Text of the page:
I woke up feeling a bit weak, but not in too much pain. They said I had bled quite a bit, and that they'd had to give me the pint of blood I had "banked" for just such a need. My biggest problem was urinating. I had a catheter (tube) hanging out of my penis, going back into my bladder. I had absolutely no control over my bladder, and as I produced urine, it flowed into a plastic bag beside the bed. That was all well and good, but the feeling was of a constant need to "pee" but the inability to do so. I looked at my penis; it was all swollen and looked terrible. My scrotal sack was also swollen and ugly. And that tube hanging out of my penis was definitely not "cute." But by the next day I was up and walking, carrying my plastic bag, and I went home by noon on the next day.
Walking around with a tube hanging out of your penis feels weird. You don't "dangle" like you have all of your life, and if you touch your penis, you feel something swollen with a stiff plastic tube inside. I found it very unpleasant to touch my penis – not from pain, it just didn't feel "right." Later, as I was able to switch to a "leg bag," I could walk around – but I still didn't "dangle," and I still had the sensation of constantly wanting to urinate. I dreamed of the time when I could stand up again, hold my penis, and pee "like a man." After 17 days, that day finally came. They pulled the "cath" out and sent me home with some pads in case of "leaks."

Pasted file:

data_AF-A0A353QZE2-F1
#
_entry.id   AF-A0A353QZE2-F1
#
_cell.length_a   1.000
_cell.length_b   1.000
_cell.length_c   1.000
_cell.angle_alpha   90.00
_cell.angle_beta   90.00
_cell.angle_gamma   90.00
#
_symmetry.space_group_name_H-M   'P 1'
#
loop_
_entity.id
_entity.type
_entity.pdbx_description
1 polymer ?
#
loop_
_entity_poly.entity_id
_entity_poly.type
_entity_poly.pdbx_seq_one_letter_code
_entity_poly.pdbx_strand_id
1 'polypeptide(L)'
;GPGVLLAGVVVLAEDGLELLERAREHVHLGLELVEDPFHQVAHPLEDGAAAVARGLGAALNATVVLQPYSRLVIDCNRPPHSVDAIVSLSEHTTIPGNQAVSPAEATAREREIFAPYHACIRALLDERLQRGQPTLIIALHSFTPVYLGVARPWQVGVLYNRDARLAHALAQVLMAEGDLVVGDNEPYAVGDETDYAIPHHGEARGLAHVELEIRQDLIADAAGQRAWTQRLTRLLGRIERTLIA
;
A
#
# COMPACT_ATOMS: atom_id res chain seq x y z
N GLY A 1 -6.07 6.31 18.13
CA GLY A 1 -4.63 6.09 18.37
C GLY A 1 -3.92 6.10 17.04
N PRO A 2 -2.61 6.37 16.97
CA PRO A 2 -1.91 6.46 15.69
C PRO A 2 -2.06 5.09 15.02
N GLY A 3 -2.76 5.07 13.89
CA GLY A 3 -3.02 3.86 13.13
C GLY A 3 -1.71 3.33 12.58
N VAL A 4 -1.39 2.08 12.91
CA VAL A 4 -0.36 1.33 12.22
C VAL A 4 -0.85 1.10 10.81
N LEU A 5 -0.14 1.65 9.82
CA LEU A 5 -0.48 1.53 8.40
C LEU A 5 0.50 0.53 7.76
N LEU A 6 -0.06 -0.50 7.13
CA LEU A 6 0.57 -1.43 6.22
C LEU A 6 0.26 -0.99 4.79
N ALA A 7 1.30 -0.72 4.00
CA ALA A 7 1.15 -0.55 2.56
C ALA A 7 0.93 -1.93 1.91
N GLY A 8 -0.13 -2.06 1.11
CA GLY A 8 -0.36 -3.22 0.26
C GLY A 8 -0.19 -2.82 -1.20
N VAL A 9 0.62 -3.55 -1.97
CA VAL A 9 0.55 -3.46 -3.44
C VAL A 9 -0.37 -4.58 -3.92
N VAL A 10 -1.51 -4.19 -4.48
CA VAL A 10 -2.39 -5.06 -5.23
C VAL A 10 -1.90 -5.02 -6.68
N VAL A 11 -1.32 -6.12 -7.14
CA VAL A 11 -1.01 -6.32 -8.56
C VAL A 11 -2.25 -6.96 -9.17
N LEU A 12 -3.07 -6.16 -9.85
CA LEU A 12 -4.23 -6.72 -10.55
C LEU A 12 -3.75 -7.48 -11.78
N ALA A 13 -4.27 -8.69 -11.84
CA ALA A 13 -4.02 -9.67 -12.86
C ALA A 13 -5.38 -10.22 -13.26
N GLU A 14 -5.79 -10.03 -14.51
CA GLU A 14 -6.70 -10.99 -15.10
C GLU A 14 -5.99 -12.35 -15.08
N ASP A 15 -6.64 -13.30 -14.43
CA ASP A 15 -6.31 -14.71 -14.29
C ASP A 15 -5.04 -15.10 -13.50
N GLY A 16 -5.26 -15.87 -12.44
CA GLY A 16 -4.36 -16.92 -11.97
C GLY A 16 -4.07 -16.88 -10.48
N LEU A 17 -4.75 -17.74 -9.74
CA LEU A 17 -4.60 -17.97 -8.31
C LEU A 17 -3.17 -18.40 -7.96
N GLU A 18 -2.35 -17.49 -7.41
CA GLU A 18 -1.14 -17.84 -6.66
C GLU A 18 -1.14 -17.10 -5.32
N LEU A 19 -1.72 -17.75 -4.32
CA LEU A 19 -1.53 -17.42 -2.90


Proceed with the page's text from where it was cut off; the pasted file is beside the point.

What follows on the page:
I was also advised to start Kegel exercises to strengthen the muscles that control my bladder functions. This I did. I seemed to have pretty good control over my bladder anyway. I hadn't really touched my penis for almost 3 weeks, and my first few times trying to urinate were kind of scary. I still had the image of that swollen thing with the plastic tube in it. I was very tentative when I took hold of it and urinated.
The first time I showered without a tube hanging out, I just couldn't resist – I gave my penis a very gentle and tentative rub. Oh gosh, that felt so good. I missed it so. My post-op instructions said, "No sex while the catheter is in place." But that instrument of torture was gone, so I took a few more wonderful strokes. There was a hint that my penis would like to firm up and become erect. I didn't want to push it, though, and didn't carry it any further. But I couldn't wait until I got in the shower again. It was like when we first discover masturbation – I just couldn't stay away from it for long. And the next day, I carried it a bit further. Definite feelings of wanting to have an erection. Good job, Doc! I think that you "saved" it.
The morning of the 3rd day free of the "cath" I rubbed that little devil a bit more, taking it pretty close to a "climax," but not quite. That afternoon, my bladder shut down. By that evening, I was in the ER getting a catheter put back in. Damn, damn, damn! It would stay in a week more.